Der lowdown on die ingredients – technological developments in the European food industries

The Food Ingredients Europe convention captured global technological advances.

Assisted by yellow traffic signals that precede green as well as red lights, German taxis barrel into intersections at maximum speed the instant the light turns green, speeding traffic flow through the city. The breakneck pace and efficiency reflects the business activity at the Food Ingredients Europe (FIE) convention itself.

“This is a business as opposed to a social event,” says Peter Lytle, general manager, R-Tech, Arden Hills, Minn.

“People are here to find an ingredient and buy it,” says Nelson Wurth, international sales and marketing manager with Riviana Foods Inc. “The people who come here are the decision makers.”

Attendees get more than information on products, however. They obtain a global, birds-eye view of the food industry and what its future holds.


Now in its seventh year, FIE’s increasing importance as a worldwide trade show mirrors the more global nature of ingredient suppliers, food processing, and analytical technologies.

“FIE is the most important trade show, in terms of business booked, in which our company participates,” says Paul Brewer, managing director, Contract Research Services International (CSRI), Sun Prairie, Wis.

“First-time attendees particularly benefit by exhibiting through the U.S. Pavilion,” says Wim Heusdens, T&G Assoc. Inc., Glenview, Ill., the North American agent for Expoconsult USA. The prime location and conveniences such as “turnkey” booths have resulted in a 25% increase in participation over the previous FIE in Dusseldorf, he adds.

FIE offers an opportunity to help the world understand what the U.S. has to offer in the way of value-added agricultural products such as rice and raisins. For another example, U.S. corn-based starches function differently from Europe’s potato-based starches, says Heusdens.

U.S. attendees, in turn, learn about innovations at both U.S. and European companies.


An ingredient’s regulatory status in the U.S. often differs from that status in Europe. Keeping tabs on technological developments, however, is key to the U.S. food industry’s healthy future.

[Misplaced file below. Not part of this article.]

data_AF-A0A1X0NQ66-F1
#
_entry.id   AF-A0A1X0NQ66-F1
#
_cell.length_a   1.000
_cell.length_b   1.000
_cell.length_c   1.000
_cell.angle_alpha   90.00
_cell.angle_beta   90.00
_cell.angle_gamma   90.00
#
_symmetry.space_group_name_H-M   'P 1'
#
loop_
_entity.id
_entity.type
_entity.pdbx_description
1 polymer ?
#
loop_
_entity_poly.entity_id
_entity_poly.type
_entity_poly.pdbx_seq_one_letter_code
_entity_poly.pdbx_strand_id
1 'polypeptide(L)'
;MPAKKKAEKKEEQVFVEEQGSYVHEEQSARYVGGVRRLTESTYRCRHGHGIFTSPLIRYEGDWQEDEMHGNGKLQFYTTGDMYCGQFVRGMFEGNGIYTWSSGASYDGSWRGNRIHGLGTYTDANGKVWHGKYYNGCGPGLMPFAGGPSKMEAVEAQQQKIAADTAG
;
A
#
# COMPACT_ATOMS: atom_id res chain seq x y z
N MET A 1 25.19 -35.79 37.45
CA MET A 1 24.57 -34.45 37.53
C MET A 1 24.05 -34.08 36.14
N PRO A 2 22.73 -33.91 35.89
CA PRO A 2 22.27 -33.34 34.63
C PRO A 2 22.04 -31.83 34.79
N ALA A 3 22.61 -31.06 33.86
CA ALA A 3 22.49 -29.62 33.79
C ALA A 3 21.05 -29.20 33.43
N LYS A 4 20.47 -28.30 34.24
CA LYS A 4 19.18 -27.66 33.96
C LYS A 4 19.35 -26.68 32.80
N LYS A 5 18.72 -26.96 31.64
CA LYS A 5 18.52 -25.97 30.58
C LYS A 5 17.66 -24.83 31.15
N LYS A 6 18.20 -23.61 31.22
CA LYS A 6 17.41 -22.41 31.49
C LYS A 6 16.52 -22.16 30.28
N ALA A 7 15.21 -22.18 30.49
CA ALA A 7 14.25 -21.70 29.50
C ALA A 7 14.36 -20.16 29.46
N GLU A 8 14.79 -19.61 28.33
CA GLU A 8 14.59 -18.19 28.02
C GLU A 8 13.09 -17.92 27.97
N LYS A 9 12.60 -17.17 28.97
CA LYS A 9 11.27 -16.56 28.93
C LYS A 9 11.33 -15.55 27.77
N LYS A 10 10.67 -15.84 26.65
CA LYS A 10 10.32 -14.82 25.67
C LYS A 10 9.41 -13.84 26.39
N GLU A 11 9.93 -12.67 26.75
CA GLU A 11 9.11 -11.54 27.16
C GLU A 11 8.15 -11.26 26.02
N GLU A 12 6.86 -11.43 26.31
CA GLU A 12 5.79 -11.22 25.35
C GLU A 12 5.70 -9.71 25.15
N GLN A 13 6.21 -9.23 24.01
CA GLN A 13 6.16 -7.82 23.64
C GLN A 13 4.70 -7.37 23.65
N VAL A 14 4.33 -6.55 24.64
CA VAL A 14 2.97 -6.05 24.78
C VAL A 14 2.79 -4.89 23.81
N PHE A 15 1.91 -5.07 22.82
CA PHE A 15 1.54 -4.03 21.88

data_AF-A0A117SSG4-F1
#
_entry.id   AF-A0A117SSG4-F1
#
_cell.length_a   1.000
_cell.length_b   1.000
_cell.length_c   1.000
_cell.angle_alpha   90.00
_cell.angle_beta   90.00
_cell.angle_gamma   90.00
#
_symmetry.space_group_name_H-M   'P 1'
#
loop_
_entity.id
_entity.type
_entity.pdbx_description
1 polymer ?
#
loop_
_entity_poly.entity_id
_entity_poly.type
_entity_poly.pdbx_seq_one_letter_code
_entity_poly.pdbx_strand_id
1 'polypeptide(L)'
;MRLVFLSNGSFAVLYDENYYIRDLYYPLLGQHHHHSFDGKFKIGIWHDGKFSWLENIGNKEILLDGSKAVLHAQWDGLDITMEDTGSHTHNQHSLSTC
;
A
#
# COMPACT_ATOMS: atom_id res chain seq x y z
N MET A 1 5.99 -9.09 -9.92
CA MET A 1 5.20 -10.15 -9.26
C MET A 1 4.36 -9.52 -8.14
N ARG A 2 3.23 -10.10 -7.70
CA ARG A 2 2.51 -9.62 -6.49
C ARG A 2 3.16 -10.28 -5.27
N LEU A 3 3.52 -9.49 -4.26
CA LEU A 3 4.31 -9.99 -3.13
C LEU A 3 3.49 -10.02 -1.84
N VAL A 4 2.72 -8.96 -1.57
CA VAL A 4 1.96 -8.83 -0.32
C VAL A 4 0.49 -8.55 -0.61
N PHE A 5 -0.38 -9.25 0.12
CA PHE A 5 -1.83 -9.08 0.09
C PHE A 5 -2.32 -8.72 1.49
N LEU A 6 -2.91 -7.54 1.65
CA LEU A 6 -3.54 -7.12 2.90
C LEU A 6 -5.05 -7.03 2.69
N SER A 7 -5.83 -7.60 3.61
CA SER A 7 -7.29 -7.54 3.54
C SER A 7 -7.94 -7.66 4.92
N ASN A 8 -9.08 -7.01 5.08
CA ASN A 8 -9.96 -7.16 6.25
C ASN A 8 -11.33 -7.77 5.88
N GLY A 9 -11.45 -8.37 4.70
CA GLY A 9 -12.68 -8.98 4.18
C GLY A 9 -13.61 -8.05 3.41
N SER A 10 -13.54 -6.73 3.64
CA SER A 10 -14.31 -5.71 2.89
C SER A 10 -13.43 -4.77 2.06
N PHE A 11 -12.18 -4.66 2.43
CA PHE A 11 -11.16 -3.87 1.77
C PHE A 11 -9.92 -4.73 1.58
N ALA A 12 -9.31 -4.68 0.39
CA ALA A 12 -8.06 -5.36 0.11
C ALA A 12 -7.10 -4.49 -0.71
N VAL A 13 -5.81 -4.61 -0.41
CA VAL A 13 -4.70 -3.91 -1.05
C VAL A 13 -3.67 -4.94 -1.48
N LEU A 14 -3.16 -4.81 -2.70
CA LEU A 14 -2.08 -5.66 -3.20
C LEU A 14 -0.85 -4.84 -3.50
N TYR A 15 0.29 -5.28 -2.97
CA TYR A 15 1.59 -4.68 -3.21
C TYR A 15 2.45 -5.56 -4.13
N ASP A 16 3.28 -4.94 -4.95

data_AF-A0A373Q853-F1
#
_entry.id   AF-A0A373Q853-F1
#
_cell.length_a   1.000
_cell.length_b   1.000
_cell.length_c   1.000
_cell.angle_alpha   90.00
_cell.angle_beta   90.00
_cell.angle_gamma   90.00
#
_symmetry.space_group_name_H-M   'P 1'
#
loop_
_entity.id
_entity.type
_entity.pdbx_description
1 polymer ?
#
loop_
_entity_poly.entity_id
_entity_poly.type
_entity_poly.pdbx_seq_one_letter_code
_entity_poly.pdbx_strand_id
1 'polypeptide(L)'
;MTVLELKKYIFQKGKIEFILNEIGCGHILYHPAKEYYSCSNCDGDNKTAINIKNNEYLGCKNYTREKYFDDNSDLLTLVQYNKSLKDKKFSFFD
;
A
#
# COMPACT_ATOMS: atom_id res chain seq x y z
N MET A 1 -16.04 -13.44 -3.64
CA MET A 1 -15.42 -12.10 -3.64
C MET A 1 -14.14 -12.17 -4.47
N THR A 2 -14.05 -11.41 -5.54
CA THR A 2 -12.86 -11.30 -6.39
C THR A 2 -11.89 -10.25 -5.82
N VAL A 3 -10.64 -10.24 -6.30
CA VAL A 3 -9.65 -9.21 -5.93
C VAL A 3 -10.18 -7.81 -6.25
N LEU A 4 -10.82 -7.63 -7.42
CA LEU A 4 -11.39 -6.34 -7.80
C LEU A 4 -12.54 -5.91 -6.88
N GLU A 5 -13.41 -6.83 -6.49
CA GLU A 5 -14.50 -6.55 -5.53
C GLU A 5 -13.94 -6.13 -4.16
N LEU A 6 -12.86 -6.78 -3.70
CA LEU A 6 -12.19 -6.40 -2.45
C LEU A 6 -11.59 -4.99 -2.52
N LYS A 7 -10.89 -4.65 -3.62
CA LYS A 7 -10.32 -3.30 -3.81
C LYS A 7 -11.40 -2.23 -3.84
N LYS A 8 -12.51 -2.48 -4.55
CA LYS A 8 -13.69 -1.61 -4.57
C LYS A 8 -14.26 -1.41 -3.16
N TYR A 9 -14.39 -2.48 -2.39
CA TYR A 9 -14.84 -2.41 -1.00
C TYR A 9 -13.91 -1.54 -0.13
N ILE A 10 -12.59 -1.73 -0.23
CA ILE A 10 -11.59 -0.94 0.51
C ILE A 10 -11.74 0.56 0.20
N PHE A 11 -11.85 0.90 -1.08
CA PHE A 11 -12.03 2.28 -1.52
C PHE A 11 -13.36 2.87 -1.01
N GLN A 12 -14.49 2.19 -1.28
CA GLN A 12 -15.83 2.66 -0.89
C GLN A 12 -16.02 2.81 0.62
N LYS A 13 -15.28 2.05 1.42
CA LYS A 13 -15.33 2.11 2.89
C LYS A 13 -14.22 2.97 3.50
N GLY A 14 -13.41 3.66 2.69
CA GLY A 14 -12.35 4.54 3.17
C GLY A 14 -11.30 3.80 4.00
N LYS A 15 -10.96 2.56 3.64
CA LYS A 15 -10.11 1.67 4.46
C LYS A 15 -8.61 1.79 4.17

For example, Griffith Laboratories offers Stargold brand cultures of micrococcus and Lactobacillus plantarum to maintain freshness of raw and processed fish, meats and poultry. (Stargold cultures are not approved in the United States for this use.) The bacterial preservative properties are achieved through pH reduction and inhibition of less desirable organisms. Catalase activity reduces oxidative reactions that cause rancidity and color changes. Additionally, the cultures stimulate flavor development with the formation of free amino acids.

DMV International (division of Campina Melkunie, Netherlands) supplies lactoferrin and lactoperoxidase, bioactive whey proteins for pharmaceutical and infant formula use.

Research by the New Zealand Milk Board demonstrates the pharmaceutical properties of Stollait, an ingredient from “immune” milk. Cows inoculated with deactivated human pathogens secrete antibodies to these pathogens in milk. Products containing these concentrated antibodies are available as ingredients. Unique ingredients often depend on uncommon processing technologies.

Raps & Co., Germany, has a production facility that obtains herb and spice extracts from supercritical fluid extraction. Unusual products include “green pepper,” a heatless black pepper extract that results when piperine is extracted separately from the pepper flavor.

Valio Engineering Ltd., Helsinki, Finland, uses commercial-scale chromatography to separate lactose from whey, milk or UF-permeate.

Paul Brewer of CSRI notes an analytical advance in the form of an artificial gastrointestinal tract from TNO Nutrition and Food Research, the Netherlands. The system mimics peristaltic action, bile secretions and absorption of nutrients through completion of the small intestines. Users can monitor substrates at each stage of digestion.